Sure, it’s pretty, but my real-life notebook works better with leather gloves.
In what it has dubbed “new era” and a “significant step forward” in “real-time” policing, NSW Police will roll out 500 Samsung Galaxy Note 4 phablets to select members of the force.
The smartphones will be handed out to police within specialist units including mounted and motorcycle response squads, dog unit, gangs squad, transport, traffic and highway patrol, and domestic and family violence teams, as well as local and regional enforcement squads.
The lucky officers will no longer have to traipse back to the car to use their clunky in-car police computer. Instead, they’ll be able to access police databases to do background checks and more, right from the device in the palm of their hand.
Add me on Facebook?: NSW Police goes mobile.
“They can also be used to send text messages, make phone calls and access the internet,” NSW Police said in a statement.
As a security measure, sensitive data on the smartphones can be erased remotely if a device is lost or stolen. GPS capabilities also allow better tracking of team members.
Officers will of course reap the many other benefits of using smartphones on the job long enjoyed by other professionals, including journalists – such as being able to take photos and record video and audio on the go.
NSW Police is testing cloud-based mobile access to databases for background checks.
The device also comes with a stylus, allowing force members to take notes by hand and then digitise them, for better record keeping.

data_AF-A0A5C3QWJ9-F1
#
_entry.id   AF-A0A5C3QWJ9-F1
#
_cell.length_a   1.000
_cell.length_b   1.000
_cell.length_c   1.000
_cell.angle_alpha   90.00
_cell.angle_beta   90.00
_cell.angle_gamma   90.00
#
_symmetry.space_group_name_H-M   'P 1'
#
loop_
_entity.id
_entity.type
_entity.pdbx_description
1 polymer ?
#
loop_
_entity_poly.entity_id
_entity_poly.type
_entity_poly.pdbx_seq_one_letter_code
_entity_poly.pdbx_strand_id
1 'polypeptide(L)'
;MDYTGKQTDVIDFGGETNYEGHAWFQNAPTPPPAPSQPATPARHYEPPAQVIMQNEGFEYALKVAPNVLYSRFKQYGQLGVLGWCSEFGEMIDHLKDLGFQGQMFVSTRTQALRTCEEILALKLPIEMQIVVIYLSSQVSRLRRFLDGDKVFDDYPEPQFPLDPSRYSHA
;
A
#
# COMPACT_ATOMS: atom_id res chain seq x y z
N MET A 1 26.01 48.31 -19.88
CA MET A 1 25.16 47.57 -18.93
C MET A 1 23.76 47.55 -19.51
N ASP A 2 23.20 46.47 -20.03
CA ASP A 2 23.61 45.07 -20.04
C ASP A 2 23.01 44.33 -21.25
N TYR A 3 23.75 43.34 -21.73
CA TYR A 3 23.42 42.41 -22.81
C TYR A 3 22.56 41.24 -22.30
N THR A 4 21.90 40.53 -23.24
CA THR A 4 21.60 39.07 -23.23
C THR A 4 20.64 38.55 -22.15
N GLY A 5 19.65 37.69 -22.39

A NSW Police spokesperson said these advantages would not replace the need for specialist forensic services such as crime scene photographers but could be used as “a follow-up tool for ongoing inquiries”.
“This technology will help police fight and prevent crime in our community and I look forward to seeing its positive effect on operational policing throughout the coming weeks,” NSW Police Commissioner Andrew Scipione said.
A police spokesperson said the trial rollout was to determine what advantages and efficiencies the mobiles would provide on-the-beat officers in their daily tasks, with the potential for “possibly rolling it out further” if it were successful.
There is just one potential problem we can see as to the viability of this high-tech proposal – and that’s that the Note 4 is a sizeable phone with a 5.7-inch screen that doesn’t easily fit in one’s pocket.
The NSW Police spokesperson reassured us their response teams often wore utility vests and otherwise had “cargo-type” uniforms with plenty of room to stash their gear.
One hopes management doesn’t have plans to start trialling Samsung Gear VR virtual reality headsets, which are compatible only with the Samsung Galaxy Note 4; that could get messy.
Rumour has it that Samsung will unveil two brand new smartphones at the Mobile World way”